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# Deallocation of 3 dimensional array

I am creating a three dimensional array like this:

``````GLfloat ***tgrid;
//other code in between here
tgrid = new GLfloat**[nx];
for(int i = 0; i < nx; i++)
{
tgrid[i] = new GLfloat*[ny];
for(int j = 0; j < ny; j++)
{
tgrid[i][j] = new GLfloat[nz];
}
}
``````

Does this mean i should deallocate the memory like this:

``````for(int i = 0; i < nx; i++)
{
for(int j = 0; j < ny; j++)
{
delete [] tgrid[i][j];
}
delete [] tgrid[i];
}
delete [] tgrid;
``````

?

I know that they are supposed to go in "reverse" order but I'm not sure I'm doing it right ... Does this seem correct?

-
Yes, this seems correct. – Aamir Sep 16 '11 at 3:51
Looks fine to me. – Mysticial Sep 16 '11 at 3:52
Looks correct but surely not recommended. You can easily do this with a flat array, the size in each dimension and a simple indexing scheme. This is really what most organizations/companies/societies do when handling multi-dimensional data, e.g. OpenGL. – ksming Sep 16 '11 at 4:02
Heck you can do it with a real 3D array. Various possibilities (in c99, but the options are closely parallel). – dmckee Sep 16 '11 at 5:08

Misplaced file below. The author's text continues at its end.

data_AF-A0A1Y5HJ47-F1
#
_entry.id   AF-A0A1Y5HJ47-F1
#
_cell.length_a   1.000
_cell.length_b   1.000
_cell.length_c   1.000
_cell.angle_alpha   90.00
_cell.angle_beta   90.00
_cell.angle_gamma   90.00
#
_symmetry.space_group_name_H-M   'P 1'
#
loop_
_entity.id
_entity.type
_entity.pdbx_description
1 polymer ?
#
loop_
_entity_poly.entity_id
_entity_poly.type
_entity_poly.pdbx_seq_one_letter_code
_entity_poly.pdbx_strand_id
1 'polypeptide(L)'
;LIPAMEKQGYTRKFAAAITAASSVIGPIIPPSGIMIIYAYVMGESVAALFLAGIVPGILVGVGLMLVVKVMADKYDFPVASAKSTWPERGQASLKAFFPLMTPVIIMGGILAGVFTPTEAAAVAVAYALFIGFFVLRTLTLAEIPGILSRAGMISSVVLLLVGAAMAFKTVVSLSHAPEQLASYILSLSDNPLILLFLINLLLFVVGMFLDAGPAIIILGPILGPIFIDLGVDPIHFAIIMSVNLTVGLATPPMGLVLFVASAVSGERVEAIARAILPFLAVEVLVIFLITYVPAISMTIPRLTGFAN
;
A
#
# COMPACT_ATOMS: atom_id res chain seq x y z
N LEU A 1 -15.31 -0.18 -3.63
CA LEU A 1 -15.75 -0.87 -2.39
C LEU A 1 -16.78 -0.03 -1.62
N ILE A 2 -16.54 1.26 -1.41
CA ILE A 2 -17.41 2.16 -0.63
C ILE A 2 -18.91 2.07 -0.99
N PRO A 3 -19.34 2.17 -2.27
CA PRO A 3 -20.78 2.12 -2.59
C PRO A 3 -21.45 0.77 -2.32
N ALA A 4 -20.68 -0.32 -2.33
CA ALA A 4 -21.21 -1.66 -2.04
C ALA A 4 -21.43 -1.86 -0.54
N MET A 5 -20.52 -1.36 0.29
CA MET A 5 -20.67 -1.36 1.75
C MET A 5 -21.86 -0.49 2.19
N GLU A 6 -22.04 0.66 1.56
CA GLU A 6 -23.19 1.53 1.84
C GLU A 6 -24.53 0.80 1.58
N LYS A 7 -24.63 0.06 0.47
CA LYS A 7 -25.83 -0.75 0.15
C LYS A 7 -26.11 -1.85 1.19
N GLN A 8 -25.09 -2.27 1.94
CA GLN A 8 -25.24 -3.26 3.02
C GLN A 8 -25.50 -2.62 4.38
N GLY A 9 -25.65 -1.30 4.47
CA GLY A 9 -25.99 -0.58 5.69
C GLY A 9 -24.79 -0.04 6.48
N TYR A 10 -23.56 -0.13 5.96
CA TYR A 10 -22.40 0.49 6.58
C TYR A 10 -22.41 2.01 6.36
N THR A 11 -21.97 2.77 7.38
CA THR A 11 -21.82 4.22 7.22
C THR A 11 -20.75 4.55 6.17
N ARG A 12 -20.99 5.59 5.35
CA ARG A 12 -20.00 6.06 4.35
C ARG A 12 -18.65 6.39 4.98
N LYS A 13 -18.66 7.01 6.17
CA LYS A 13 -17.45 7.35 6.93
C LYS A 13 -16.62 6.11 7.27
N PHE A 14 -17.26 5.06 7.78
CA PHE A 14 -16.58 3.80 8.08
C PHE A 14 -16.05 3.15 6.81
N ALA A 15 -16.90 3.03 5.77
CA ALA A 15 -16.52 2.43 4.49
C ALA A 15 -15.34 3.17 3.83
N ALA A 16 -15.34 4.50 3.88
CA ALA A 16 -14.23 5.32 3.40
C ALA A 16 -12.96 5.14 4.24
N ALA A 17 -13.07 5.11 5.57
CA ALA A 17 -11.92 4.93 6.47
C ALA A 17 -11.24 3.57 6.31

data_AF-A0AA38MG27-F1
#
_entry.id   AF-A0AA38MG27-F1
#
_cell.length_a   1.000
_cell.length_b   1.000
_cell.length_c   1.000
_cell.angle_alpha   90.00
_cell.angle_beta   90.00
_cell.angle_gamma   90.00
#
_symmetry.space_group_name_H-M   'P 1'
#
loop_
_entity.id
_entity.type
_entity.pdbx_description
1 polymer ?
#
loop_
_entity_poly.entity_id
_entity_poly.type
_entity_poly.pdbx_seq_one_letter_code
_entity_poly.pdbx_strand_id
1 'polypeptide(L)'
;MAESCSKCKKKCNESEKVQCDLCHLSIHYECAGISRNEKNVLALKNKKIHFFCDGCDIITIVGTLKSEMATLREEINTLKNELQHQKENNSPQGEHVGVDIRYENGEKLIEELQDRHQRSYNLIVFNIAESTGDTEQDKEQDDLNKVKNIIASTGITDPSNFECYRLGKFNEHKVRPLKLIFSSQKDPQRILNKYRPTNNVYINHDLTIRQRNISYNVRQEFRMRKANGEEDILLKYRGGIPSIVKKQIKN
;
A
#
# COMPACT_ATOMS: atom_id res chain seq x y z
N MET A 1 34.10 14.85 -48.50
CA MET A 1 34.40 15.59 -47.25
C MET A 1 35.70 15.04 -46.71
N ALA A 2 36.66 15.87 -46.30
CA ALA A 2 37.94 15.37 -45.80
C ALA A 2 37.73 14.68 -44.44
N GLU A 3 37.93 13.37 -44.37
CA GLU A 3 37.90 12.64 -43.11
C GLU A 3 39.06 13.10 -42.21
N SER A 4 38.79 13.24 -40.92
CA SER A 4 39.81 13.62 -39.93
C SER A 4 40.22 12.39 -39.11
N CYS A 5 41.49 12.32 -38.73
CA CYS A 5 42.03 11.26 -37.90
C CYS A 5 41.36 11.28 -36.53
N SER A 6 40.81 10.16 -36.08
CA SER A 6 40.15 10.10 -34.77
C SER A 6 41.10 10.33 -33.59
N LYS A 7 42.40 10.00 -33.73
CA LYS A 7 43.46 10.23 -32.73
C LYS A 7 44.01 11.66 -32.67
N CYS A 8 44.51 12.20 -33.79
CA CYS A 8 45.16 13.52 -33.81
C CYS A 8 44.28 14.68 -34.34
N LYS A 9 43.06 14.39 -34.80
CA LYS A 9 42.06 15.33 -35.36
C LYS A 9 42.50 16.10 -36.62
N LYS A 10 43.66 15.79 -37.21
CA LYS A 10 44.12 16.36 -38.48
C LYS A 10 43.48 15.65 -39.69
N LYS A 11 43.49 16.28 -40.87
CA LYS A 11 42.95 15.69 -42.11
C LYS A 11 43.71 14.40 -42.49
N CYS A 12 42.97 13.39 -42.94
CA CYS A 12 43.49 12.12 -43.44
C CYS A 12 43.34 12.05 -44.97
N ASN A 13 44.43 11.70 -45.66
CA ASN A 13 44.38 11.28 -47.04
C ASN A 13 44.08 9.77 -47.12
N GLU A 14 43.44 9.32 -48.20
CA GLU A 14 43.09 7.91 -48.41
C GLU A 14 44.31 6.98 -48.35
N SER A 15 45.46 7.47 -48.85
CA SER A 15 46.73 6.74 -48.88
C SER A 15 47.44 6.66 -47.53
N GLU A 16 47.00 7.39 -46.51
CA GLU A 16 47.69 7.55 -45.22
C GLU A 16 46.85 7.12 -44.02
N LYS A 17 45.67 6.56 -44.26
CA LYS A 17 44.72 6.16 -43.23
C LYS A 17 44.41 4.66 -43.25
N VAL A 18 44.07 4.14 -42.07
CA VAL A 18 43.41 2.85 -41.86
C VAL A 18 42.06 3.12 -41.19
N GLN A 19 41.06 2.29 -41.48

Since my answer is also yes, I will follow up K-ballo's answer with a minimal example of how to use a flat array to store a set of multi-dimension data:

Store the GLfloat pointer and the dimensions as members of your class:

``````GLfloat *tgrid;
int nx, ny, nz;
``````

In initlaization function:

``````void CreateGrid(int x, int y, int z)
{
nx = x;
ny = y;
nz = z;
tgrid = new GLfloat[nx*ny*nz];
}
``````

You will need to define your indexing scheme consistently for proper read-write:

``````GLfloat GetValueAt(int x, int y, int z)
{

return tgrid[ (nx*ny*z) + (nx*y) + x ];

}

void SetValueAt(int x, int y, int z, GLfloat value)
{

tgrid[ (nx*ny*z) + (nx*y) + x ] = value;

}
``````

Deleting is straight forward too since tgrid is only a flat array.

-
Could you format your code? – quasiverse Sep 16 '11 at 4:24
Note also the performance benefits in having a single pair of `new/delete` calls. There may likely be further performance benefits through using a contigous block rather than a potentially scattered collection of small blocks. – Keith Sep 16 '11 at 5:00
i thought about doing this actually. which would benefit more from locality of reference more? – drjrm3 Sep 16 '11 at 14:55

Yes. (What else am I meant to say)

-

Yes, you have to deallocate them in reverse order. Otherwise you will loose the inner pointers before deallocating them.

Is there any reason why you cannot use a flat array to represent your 3dimensional array? Perhaps Boost.MultiArray, which handles multiple dimensions and allows access to the underlying (flat) array?

-

Or, you could use `std::vector` and not worry about `new` or `delete`:

``````std::vector<std::vector<std::vector<GLfloat> > > tgrid;
tgrid.resize(nx);
for(int i = 0; i < nx; i++) {
tgrid[i].resize(ny);
for(int j = 0; j < ny; i++) {
tgrid[i][j].resize(nz);
}
}
``````
-

Also you can implement a wrapper class for std::vector

-